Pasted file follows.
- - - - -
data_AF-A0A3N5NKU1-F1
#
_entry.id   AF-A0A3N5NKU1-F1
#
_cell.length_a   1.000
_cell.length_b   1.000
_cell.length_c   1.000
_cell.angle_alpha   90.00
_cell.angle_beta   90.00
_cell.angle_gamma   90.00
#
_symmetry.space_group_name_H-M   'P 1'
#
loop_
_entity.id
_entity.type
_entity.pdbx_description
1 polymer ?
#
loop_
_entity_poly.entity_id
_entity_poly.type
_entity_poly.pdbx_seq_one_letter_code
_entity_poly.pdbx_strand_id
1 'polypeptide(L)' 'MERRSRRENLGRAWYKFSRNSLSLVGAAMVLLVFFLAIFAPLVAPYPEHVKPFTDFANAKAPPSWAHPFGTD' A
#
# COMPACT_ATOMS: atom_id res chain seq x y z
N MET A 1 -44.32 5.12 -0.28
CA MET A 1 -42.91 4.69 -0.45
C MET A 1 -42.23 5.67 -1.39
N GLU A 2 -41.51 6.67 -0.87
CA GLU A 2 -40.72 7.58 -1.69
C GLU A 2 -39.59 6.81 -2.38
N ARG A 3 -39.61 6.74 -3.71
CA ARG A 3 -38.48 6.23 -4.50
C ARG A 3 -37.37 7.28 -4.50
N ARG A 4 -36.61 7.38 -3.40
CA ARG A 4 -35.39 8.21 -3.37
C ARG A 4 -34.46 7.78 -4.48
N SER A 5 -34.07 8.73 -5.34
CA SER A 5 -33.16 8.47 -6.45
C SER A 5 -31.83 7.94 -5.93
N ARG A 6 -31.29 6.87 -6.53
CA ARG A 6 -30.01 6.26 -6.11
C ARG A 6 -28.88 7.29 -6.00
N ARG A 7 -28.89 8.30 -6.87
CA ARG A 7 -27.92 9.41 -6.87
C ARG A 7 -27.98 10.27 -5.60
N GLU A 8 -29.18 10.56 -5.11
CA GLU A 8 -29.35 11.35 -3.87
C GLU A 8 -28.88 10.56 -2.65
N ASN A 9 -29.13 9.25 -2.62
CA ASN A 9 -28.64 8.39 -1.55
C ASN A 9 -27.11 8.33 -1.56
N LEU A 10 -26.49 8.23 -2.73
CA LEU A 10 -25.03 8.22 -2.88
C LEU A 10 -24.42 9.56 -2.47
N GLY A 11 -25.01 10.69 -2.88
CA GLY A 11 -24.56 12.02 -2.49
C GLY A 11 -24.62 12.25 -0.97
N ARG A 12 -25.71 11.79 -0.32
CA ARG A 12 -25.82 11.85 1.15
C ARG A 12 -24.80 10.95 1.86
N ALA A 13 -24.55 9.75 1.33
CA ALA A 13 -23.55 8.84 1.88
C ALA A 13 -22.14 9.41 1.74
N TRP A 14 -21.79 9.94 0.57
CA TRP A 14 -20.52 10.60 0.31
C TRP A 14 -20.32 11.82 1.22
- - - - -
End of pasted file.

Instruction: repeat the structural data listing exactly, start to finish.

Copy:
data_AF-A0A3N5NKU1-F1
#
_entry.id   AF-A0A3N5NKU1-F1
#
_cell.length_a   1.000
_cell.length_b   1.000
_cell.length_c   1.000
_cell.angle_alpha   90.00
_cell.angle_beta   90.00
_cell.angle_gamma   90.00
#
_symmetry.space_group_name_H-M   'P 1'
#
loop_
_entity.id
_entity.type
_entity.pdbx_description
1 polymer ?
#
loop_
_entity_poly.entity_id
_entity_poly.type
_entity_poly.pdbx_seq_one_letter_code
_entity_poly.pdbx_strand_id
1 'polypeptide(L)' 'MERRSRRENLGRAWYKFSRNSLSLVGAAMVLLVFFLAIFAPLVAPYPEHVKPFTDFANAKAPPSWAHPFGTD' A
#
# COMPACT_ATOMS: atom_id res chain seq x y z
N MET A 1 -44.32 5.12 -0.28
CA MET A 1 -42.91 4.69 -0.45
C MET A 1 -42.23 5.67 -1.39
N GLU A 2 -41.51 6.67 -0.87
CA GLU A 2 -40.72 7.58 -1.69
C GLU A 2 -39.59 6.81 -2.38
N ARG A 3 -39.61 6.74 -3.71
CA ARG A 3 -38.48 6.23 -4.50
C ARG A 3 -37.37 7.28 -4.50
N ARG A 4 -36.61 7.38 -3.40
CA ARG A 4 -35.39 8.21 -3.37
C ARG A 4 -34.46 7.78 -4.48
N SER A 5 -34.07 8.73 -5.34
CA SER A 5 -33.16 8.47 -6.45
C SER A 5 -31.83 7.94 -5.93
N ARG A 6 -31.29 6.87 -6.53
CA ARG A 6 -30.01 6.26 -6.11
C ARG A 6 -28.88 7.29 -6.00
N ARG A 7 -28.89 8.30 -6.87
CA ARG A 7 -27.92 9.41 -6.87
C ARG A 7 -27.98 10.27 -5.60
N GLU A 8 -29.18 10.56 -5.11
CA GLU A 8 -29.35 11.35 -3.87
C GLU A 8 -28.88 10.56 -2.65
N ASN A 9 -29.13 9.25 -2.62
CA ASN A 9 -28.64 8.39 -1.55
C ASN A 9 -27.11 8.33 -1.56
N LEU A 10 -26.49 8.23 -2.73
CA LEU A 10 -25.03 8.22 -2.88
C LEU A 10 -24.42 9.56 -2.47
N GLY A 11 -25.01 10.69 -2.88
CA GLY A 11 -24.56 12.02 -2.49
C GLY A 11 -24.62 12.25 -0.97
N ARG A 12 -25.71 11.79 -0.32
CA ARG A 12 -25.82 11.85 1.15
C ARG A 12 -24.80 10.95 1.86
N ALA A 13 -24.55 9.75 1.33
CA ALA A 13 -23.55 8.84 1.88
C ALA A 13 -22.14 9.41 1.74
N TRP A 14 -21.79 9.94 0.57
CA TRP A 14 -20.52 10.60 0.31
C TRP A 14 -20.32 11.82 1.22